indiana charas is the name given to a hashish form of cannabis which is handmade in the Indian subcontinent and Jamaica. It is a cannabis concentrate made from the resin of the cannabis plant (Cannabis sativa or Cannabis indica). The plant grows wild throughout Northern India along the stretch of the Himalayas (its putative origin) and is an important cash crop for the local people. The difference between charas and hashish is that hashish is made from a dead cannabis plant and charas is made from a live one.
Hashish has been used across the Indian subcontinent for medicinal and religious purposes for thousands of years, and was sold in government shops (along with opium) during the times of the British India and in independent India until the 1980s (marijuana and bhang is still being sold in parts of Rajasthan, India).
Charas plays an important and often integral role in the culture and ritual of certain sects of the Hindu religion, especially among the Shaivs — the sub-division of Hinduism holding Lord Shiva to be the supreme god (in contrast to Vaishnavs who believe Lord Vishnu is the supreme god)—and it is venerated by some as being one of the aspects of Lord Shiva.
indiana charas was made illegal in India under pressure from the United States in the 1980s and severe sentences were introduced for cultivation and trafficking of charas. Even the mere possession had a mandatory ten-year prison sentence. These laws have been relaxed, but charas remains a popular medium for police to extort money from consumers of the drug.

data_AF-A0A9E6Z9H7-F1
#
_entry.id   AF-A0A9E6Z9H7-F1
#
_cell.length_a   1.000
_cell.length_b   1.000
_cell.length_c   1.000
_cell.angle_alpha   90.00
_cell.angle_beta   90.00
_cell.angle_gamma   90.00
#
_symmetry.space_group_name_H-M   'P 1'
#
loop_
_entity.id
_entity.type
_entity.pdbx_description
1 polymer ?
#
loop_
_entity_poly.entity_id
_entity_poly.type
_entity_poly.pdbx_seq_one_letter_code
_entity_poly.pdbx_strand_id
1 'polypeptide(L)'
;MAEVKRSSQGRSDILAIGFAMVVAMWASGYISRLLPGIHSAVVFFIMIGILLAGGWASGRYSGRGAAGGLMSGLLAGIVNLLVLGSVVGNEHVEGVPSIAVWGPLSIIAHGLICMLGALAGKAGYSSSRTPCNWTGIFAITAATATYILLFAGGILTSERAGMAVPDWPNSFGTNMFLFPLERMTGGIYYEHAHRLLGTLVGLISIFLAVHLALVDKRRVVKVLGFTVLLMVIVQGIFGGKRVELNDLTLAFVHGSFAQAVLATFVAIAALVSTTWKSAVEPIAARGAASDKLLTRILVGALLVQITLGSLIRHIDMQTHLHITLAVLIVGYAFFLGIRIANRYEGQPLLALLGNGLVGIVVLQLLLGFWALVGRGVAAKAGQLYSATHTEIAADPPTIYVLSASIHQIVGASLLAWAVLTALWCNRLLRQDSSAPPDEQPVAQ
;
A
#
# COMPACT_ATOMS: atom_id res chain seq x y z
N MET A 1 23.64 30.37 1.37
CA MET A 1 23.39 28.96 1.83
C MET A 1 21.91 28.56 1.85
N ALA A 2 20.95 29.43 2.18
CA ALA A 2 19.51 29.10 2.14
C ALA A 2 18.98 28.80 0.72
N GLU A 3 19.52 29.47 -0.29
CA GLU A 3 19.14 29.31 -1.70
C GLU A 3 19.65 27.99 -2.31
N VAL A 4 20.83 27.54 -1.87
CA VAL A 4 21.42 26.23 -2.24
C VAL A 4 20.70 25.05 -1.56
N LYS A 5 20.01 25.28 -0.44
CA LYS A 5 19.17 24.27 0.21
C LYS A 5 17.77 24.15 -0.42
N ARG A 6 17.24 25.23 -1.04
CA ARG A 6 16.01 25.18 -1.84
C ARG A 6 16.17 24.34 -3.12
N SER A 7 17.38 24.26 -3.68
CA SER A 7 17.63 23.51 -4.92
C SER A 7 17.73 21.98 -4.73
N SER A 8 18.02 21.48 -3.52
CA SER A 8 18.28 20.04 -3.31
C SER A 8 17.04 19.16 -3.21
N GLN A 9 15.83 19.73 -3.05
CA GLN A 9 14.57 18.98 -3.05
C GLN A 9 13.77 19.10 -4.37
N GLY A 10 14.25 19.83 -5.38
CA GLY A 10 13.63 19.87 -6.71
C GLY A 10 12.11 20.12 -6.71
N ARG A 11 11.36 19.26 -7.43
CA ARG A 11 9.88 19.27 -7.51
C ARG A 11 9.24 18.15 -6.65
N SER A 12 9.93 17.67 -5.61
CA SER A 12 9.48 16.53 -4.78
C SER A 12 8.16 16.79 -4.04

Even at the peak of the crackdown, charas was still popular and remains so today, especially among young professionals and Indian sadhus. The Naga Sadhus, Aghoris and Tantric Bhairava sects smoke it freely as an integral part of their religious practice. Many smoke it in clay pipes called chillums, using a cotton cloth to cover the smoking end of the chillum and inserting a tightly packed pebble-sized cone of clay as filter under the chunk of charas. Before lighting the chillum they will chant the many names of Shiva in veneration. It is regaining the popularity it once enjoyed with the younger generations of India regarding it as a recreational drug of choice. It is freely available in several places around India especially where there is a strong affluence of tourists (Goa, Delhi, Rishikesh, Varanasi, etc.). Although charas can be found in several places around India, its manufacturing can be traced only to specific locations in India
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